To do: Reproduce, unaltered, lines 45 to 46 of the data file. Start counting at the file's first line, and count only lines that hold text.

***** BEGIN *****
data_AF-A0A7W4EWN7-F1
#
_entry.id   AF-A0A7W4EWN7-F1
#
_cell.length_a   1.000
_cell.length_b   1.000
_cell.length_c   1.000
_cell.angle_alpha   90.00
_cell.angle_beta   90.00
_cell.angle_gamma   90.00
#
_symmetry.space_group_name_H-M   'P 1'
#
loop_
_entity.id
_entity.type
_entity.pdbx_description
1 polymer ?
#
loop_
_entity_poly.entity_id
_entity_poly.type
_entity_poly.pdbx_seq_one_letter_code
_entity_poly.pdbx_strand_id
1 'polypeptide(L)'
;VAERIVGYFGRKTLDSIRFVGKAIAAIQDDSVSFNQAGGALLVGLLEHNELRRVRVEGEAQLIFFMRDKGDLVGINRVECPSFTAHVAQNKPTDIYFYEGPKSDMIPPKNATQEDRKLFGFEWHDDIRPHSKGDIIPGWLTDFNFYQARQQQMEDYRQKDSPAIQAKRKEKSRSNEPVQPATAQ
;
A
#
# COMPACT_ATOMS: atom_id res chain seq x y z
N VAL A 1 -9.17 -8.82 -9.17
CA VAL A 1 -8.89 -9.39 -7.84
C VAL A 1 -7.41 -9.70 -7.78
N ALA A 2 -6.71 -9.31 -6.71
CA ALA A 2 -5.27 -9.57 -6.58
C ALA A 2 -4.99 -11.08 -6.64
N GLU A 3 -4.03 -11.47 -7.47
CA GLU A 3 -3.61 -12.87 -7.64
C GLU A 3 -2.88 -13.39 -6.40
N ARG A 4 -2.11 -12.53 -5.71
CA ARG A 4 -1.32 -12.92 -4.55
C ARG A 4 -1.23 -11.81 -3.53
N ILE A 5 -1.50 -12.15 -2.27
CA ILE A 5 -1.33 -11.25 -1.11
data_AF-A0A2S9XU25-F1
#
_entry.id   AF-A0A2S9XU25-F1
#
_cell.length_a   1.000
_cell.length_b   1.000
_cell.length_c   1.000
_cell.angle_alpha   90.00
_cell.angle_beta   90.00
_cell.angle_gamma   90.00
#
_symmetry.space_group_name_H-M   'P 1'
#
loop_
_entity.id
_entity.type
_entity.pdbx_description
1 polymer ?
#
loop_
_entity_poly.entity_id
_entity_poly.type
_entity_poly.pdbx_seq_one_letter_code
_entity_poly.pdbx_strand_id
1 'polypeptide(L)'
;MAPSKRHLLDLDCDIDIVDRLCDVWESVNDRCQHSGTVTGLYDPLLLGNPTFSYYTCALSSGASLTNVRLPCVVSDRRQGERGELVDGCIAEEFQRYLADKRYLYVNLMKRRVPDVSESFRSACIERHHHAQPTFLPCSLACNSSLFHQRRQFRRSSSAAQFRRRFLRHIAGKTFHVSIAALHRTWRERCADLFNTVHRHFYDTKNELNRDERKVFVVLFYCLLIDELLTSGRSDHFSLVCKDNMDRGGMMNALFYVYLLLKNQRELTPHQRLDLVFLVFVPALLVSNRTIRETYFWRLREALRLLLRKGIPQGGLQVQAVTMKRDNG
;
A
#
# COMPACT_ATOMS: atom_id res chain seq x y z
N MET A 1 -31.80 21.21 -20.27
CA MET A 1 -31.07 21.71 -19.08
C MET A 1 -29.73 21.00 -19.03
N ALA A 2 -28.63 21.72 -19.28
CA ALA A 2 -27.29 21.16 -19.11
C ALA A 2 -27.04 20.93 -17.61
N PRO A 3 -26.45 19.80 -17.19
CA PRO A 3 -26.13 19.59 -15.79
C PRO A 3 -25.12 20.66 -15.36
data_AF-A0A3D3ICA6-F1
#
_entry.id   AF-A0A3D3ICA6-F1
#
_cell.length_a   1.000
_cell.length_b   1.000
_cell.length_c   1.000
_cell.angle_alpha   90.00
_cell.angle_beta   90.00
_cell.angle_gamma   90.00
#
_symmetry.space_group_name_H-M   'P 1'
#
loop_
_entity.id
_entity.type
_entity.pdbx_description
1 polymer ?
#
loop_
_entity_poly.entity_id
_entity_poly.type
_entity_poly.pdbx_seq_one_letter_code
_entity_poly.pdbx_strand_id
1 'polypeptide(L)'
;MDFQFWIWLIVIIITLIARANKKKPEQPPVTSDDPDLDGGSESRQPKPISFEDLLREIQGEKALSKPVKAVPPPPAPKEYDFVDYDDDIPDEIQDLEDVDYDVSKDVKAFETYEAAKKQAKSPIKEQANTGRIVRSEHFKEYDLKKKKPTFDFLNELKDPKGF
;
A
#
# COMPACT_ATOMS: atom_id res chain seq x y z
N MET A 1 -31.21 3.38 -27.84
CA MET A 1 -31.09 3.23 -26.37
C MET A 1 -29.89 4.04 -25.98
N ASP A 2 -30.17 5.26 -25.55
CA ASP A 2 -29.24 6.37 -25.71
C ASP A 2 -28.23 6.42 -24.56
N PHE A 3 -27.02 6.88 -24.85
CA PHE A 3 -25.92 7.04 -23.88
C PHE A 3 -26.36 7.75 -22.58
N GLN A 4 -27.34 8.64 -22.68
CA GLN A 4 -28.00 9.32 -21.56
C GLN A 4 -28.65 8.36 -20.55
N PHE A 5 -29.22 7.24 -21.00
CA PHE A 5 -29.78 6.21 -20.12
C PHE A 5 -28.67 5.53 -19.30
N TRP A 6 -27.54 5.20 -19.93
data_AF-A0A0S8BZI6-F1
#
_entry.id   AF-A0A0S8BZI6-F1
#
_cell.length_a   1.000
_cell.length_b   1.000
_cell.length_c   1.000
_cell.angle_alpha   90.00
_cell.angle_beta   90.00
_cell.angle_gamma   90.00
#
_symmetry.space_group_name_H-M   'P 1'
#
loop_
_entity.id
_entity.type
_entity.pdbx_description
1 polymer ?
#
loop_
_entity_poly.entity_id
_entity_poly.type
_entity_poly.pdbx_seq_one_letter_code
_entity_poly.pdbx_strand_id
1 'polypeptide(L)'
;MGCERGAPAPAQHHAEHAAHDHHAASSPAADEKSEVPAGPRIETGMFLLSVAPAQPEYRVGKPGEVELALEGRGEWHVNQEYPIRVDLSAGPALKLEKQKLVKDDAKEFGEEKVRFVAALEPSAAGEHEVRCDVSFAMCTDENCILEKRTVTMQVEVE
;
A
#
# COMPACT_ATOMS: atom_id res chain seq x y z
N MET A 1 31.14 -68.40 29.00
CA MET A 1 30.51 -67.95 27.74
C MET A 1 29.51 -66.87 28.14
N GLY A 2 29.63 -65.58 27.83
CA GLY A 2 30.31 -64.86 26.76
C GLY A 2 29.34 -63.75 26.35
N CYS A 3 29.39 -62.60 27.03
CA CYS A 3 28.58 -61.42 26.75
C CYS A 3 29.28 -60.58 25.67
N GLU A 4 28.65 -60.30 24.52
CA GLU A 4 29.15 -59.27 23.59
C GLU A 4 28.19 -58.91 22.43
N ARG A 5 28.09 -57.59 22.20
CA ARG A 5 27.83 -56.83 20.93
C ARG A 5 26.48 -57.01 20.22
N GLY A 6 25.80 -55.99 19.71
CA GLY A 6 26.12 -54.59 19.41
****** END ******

data_AF-A0A2S9XU25-F1
#